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Gang of Eight introduces immigration, border security plan

Sen. John McCain
(Photo courtesy of Office of Sen. John McCain)
Sen. John McCain

Arizona’s two U.S. Senators joined with six of their colleagues Thursday to make a pitch for their comprehensive immigration reform bill. The new federal plan would not outlaw state immigration measures. 

The bill would create an eventual path to citizenship for the estimated 11 million immigrants living in the U.S. illegally but only after the border with Mexico is deemed secure.

Charges of a porous border and federal inaction were major justifications for Arizona’s strict 2010 immigration law. Senator John McCain said if this reform bill passes, he thinks it will make laws like SB 1070 unnecessary.

“Whatever law we pass, a federal law, obviously would be the law that would apply to all states," McCain said. "But I don’t necessarily know that it would negate parts of SB 1070 that are not a part of this bill.”

McCain said while the group recognizes that many undocumented immigrants broke the law, they did so to improve their economic opportunities.

“They’re here, and realistically, there is nothing we can do that will induce them all to return to their countries of origin," he said. "Many of them make valuable contributions to our society, and will provide even more if they’re brought out of the shadows.”

His colleague, Senator Jeff Flake, said Arizona has borne the brunt of illegal immigration. At the Gang of Eight’s press conference in Washington, D.C., he pledged to make sure the bill’s border security provisions stay strong.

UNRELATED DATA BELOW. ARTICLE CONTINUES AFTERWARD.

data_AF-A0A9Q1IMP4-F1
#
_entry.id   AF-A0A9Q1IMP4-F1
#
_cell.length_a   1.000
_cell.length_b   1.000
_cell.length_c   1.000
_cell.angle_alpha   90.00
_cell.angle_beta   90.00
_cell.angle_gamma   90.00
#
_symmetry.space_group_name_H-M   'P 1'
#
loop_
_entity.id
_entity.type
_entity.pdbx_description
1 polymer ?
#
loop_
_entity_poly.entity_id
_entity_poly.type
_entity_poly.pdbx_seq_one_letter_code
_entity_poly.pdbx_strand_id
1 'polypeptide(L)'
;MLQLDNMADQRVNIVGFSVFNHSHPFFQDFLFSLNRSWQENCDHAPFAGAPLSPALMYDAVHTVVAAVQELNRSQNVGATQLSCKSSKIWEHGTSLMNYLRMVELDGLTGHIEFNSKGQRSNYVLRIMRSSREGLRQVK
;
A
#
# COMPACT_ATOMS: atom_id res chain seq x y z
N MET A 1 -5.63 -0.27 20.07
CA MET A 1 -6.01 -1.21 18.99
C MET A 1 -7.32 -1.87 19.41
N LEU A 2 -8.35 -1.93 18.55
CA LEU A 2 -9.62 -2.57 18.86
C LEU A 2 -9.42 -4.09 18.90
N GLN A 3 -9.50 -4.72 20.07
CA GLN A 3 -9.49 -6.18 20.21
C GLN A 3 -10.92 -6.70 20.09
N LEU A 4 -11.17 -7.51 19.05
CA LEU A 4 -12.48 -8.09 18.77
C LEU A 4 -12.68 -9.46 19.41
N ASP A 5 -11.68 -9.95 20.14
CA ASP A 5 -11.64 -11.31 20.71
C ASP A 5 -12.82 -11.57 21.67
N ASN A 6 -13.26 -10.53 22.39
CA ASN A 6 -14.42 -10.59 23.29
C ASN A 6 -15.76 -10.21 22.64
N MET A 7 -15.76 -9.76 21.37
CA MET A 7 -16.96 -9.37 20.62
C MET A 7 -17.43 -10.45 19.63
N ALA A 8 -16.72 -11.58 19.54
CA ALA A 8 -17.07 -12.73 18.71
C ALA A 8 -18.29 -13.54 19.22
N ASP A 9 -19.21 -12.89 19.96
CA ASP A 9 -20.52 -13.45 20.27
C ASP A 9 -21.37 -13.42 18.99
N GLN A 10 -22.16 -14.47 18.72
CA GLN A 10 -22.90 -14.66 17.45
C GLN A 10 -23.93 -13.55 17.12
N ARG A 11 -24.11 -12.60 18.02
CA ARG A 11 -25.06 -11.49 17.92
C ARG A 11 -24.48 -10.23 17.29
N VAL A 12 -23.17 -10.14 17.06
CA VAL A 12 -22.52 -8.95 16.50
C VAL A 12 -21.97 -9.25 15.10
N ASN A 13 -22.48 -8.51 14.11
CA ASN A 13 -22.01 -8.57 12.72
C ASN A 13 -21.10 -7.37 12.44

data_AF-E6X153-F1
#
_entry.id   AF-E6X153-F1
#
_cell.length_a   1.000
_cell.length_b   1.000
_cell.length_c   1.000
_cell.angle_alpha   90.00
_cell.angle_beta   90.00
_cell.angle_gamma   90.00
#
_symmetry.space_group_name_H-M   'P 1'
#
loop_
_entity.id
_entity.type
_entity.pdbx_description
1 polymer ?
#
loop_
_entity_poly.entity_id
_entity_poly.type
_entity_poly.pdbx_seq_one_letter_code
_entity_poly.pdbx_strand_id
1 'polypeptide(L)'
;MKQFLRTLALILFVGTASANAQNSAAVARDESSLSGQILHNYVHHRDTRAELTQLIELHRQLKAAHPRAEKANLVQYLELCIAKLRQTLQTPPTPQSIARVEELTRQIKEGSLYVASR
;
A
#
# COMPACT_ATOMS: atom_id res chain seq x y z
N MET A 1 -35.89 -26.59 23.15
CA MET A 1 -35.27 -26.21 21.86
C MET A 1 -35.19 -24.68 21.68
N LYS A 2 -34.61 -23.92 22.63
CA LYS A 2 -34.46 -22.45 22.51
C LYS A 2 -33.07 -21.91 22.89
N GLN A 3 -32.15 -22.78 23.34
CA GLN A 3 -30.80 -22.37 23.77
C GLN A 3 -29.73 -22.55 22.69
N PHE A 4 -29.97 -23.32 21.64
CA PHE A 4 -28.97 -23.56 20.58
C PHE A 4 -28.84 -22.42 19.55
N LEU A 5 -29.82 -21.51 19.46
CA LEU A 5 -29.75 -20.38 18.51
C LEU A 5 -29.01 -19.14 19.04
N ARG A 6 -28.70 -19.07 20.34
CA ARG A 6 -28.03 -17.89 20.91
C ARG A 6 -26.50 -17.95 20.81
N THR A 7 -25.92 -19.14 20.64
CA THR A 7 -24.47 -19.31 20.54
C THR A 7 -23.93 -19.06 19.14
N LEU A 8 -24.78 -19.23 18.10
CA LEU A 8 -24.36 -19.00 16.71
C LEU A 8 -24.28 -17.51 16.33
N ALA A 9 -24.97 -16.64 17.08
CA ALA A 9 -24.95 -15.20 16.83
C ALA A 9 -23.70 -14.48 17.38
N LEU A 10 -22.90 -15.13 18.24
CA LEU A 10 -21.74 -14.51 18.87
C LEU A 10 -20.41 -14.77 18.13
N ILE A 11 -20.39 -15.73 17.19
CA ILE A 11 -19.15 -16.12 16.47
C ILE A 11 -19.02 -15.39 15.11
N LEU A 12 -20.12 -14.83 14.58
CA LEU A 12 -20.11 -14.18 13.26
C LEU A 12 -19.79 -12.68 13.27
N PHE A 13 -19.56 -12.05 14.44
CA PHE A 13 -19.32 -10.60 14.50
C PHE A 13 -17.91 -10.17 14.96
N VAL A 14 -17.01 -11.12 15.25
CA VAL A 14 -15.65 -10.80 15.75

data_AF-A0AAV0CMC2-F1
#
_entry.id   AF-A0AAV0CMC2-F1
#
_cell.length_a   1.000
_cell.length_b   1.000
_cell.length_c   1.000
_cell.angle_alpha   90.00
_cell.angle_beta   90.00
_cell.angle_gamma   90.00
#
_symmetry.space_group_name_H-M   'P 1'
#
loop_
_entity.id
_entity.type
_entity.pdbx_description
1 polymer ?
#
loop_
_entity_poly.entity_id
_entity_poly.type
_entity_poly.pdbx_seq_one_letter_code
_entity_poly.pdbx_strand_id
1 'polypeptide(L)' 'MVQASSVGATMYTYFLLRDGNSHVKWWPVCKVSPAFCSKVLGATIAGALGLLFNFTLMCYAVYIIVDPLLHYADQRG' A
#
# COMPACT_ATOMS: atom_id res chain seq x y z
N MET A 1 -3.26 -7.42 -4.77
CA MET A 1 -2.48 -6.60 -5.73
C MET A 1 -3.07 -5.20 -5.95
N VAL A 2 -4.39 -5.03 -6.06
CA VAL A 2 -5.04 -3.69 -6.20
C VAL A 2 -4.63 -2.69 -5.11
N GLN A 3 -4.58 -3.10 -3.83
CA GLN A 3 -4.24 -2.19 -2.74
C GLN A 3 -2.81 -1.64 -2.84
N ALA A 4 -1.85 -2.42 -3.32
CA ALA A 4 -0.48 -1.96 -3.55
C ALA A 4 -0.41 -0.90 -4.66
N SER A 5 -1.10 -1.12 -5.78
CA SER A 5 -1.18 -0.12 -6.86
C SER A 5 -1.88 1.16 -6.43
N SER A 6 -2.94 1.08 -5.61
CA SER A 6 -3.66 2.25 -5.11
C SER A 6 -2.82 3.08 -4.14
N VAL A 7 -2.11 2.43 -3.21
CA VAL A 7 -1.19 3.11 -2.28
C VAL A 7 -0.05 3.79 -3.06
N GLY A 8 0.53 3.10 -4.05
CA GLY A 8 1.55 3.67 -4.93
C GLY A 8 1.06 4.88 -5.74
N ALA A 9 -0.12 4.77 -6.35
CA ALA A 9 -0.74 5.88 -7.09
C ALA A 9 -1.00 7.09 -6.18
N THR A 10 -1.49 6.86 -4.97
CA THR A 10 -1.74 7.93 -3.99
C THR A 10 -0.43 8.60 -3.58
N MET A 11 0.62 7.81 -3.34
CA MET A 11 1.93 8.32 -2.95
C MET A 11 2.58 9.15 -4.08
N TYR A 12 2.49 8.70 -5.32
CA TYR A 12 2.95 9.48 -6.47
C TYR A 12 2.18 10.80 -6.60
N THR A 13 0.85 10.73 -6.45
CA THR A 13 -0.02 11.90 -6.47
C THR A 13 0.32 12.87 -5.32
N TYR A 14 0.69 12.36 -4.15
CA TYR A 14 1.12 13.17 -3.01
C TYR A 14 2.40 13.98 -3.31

That was echoed by Florida’s Marco Rubio. He said the bill is, in part, about making sure employers have access to the workers they need, but it is also about enforcing our immigration laws.

"It’s about ensuring that the federal government, once and for all, does what it’s supposed to do in a way that’s effective and ensures that we never have this problem again," Rubio said. "And that’s why we say the federal government has to secure its border, and if it fails, then the states most affected by it will take care of it for them.”

While some call granting citizenship to undocumented immigrants amnesty, Rubio said leaving our immigration system as it stands is the real amnesty.

Other have deemed it punitive that the bill only creates a pathway to citizenship after the Southern border is secure, but Democrat Chuck Schumer of New York said the bill treats undocumented immigrants as an equally urgent priority.

“The current status quo on immigration makes no sense," Schumer said. "We turn away people from entering the country who could create thousands of jobs, and let people cross our borders who take away jobs.”

The group said Senate Majority Leader Harry Reid has agreed to take up the bill no later than June.